There are significant differences in the time of day access to the outdoors, which given hunting patterns, has implications for predation rates. Survey data also suggest that about half of these cats are allowed outdoors for no more than two to four hours each day (Clancy et al. 2003; Kays and DeWan 2004; Lord 2008). Wolf (2016) notes that is important because hunting behaviour is not continuous. Lloyd et al. (2013b) found that only 13% of 24 pet cats exhibited behaviors indicative of hunting within their first five hours outdoors. In a back-of-the-envelope calculation, Rowan (2010) suggested that cats with semi-restricted access generates about 12-15% “full time cat equivalents” of the actual hunting cat population.
We used a percent of owned cats with outdoor access of 25–50%, which encompasses the lower bound set by recent national surveys, and an upper bound as recommended by Wolf (2016). When used with the Loss et al. (2013) model, this range of owned cats with outdoor access yields a median number of annual bird kills that is ~330 million lower than the value reported by those authors.
Diet and number of prey killed
Cat predation will vary seasonally, from one geographic area and landscape type to another, and ultimately from one cat to another (Barratt 1998). That said, beside the household food, the main diet of owned cats contains small mammals (mainly rodents), small birds or insects. The main prey are generally insects and small mammals, but birds or European rabbit (e.g., Liberg 1984) are also important. Consumption of reptiles can also be important where these species are common (e.g., Loyd et al. 2013b).
Like any predator, we expect cat predation to vary with prey density (e.g., Holling 1959), increasing as prey density increases until a saturation density is reached. In particular, cats are known to be highly opportunistic (e.g., Liberg 1984), so that their predation rates will reflect both prey abundance and vulnerability. For example, Lieberg reports that during a harsh winter in Sweden cats took a very large number of rabbits that he described as dying from starvation. On islands, cats may take a large number of ground-nesting seabirds because these species are both vulnerable and abundant. Moreover, since predation rates are also related to prey density, data from over 50 years ago (i.e., before dramatic reductions in wild animal populations, and incidentally, before the wide-spread use of commercial cat food), are likely to overestimate current predation rates for owned cats.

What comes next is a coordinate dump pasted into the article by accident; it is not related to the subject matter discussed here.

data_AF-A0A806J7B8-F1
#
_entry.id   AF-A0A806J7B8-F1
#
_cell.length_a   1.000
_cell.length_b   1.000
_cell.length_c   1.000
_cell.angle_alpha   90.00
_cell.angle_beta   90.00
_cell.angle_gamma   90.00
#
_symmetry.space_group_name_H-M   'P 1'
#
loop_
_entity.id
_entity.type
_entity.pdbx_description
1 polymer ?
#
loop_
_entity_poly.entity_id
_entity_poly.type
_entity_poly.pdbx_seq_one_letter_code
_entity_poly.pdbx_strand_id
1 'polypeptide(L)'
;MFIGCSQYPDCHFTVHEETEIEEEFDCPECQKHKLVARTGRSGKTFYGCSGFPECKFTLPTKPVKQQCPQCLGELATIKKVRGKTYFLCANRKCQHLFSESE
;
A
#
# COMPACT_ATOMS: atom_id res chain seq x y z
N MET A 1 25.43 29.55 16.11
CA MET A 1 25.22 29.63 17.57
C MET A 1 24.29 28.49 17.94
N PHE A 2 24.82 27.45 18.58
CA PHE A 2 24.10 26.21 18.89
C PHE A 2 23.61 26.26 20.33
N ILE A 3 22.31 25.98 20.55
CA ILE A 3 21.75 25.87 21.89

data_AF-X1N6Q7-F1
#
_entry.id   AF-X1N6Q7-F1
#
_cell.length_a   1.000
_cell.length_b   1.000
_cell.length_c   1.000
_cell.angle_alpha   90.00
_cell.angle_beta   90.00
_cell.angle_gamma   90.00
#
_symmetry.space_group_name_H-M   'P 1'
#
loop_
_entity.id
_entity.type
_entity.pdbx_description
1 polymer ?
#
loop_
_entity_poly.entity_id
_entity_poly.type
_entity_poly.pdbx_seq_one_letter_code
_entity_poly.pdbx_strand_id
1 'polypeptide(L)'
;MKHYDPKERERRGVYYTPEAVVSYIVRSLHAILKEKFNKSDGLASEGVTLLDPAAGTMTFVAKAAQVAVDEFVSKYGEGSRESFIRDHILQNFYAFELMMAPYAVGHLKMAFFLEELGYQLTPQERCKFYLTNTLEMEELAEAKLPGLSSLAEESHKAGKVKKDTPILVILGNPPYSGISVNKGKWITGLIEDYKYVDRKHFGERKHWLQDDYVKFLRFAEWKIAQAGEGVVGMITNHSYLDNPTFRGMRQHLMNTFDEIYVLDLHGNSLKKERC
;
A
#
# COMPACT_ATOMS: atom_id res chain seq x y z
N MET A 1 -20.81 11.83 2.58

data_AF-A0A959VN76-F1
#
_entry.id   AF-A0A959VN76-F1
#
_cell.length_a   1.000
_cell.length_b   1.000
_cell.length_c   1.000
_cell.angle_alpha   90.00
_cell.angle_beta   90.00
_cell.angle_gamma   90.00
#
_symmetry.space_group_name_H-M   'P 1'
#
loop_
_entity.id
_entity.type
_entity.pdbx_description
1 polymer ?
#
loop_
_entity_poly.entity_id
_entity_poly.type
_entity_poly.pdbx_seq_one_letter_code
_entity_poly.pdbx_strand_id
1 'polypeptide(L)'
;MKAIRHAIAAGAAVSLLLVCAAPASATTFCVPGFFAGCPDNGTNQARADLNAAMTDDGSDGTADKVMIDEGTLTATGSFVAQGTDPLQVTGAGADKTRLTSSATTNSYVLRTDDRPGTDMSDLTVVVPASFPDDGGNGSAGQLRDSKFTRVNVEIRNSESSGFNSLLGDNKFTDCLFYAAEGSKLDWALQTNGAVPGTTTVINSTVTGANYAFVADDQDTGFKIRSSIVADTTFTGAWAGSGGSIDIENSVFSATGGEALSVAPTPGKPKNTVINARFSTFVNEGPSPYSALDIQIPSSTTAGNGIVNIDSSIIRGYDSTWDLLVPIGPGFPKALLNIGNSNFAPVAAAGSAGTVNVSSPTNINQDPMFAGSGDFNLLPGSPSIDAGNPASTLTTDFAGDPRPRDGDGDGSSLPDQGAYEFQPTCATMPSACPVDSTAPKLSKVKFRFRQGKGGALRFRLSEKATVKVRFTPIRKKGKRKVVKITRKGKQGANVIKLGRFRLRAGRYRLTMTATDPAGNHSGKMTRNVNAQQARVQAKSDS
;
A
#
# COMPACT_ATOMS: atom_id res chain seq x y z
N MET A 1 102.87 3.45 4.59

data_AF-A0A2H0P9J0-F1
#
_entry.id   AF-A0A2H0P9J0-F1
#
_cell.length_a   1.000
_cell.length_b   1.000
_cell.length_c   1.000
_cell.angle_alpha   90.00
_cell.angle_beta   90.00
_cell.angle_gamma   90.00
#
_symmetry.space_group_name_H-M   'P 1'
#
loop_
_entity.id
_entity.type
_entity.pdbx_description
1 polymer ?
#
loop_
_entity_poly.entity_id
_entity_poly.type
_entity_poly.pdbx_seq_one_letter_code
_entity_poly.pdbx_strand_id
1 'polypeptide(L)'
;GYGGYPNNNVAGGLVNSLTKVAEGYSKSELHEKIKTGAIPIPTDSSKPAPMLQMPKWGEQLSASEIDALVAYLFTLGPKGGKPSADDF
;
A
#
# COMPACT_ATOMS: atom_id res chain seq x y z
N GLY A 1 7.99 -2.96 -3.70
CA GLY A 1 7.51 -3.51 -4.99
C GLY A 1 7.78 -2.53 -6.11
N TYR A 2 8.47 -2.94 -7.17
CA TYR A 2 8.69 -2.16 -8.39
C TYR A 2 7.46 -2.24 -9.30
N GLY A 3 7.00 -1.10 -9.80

Vulnerability will be greater where the local fauna do not share an evolutionary history with cats. In fact, Ross et al. (2019) have begun a program to familiarize native fauna with cats as predators in an attempt to mitigate the large impact they may have on Australian prey species. Therefore, predation rates on islands, or in areas such as Australia are quite unlikely to be representative of predation rates in North America. In North America, there are several native small felids, and also similar-sized native mesopredators.
Numbers of prey items for owned cats and unowned cats are extrapolated using various methods such as examination of stomach contents, analysis of scats or owner reports. Owner reported returns are the most common method for owned cats. However, these estimates can vary quite widely, perhaps due to methods (e.g., surveys based on owner recollection vs examination of returned prey items, geographical location, cat demography, etc.). In an often cited paper, Crooks & Soulé (1999) estimate the number of cats penetrating natural habitat fragments immediately adjacent to housing developments in San Diego and their kill numbers based on responses of owner recollection. The authors indicate that cat owners reported that each outdoor cat that hunted returned on average 24 rodents, 15 birds and 17 lizards to the residence each year (or 56 prey items per cat per year). However, this figure is decidedly higher than similar studies in different locations. An examination of prey returns by 70 cats in an English village over one year yielded a total estimate of 14 prey items per cat per year (Churcher & Lawton 1987). The Mammal Society in the United Kingdom reported prey killed or captured by 964 owned cats during a five-month period in 1997 (Woods et al. 2003). The report documented more than 14,000 prey collected by cat owners from their animals, and also yielded a mean estimate of 14 items per owned cat per year. A study in Cape Town (Morling 2014) also gives prey returns of 14 items per year. In a study in Switzerland, Tschanz and coauthors (2011) note that a large fraction of owners considerably overestimated their cat’s predation, indicating that surveying predation rates by means of a retrospective questionnaire alone is not sufficient, and possibly explaining the discrepancy between the Crooks & Soule (1999) estimate and other studies that relied on a closer reporting of prey return items.
Owned cat predation rates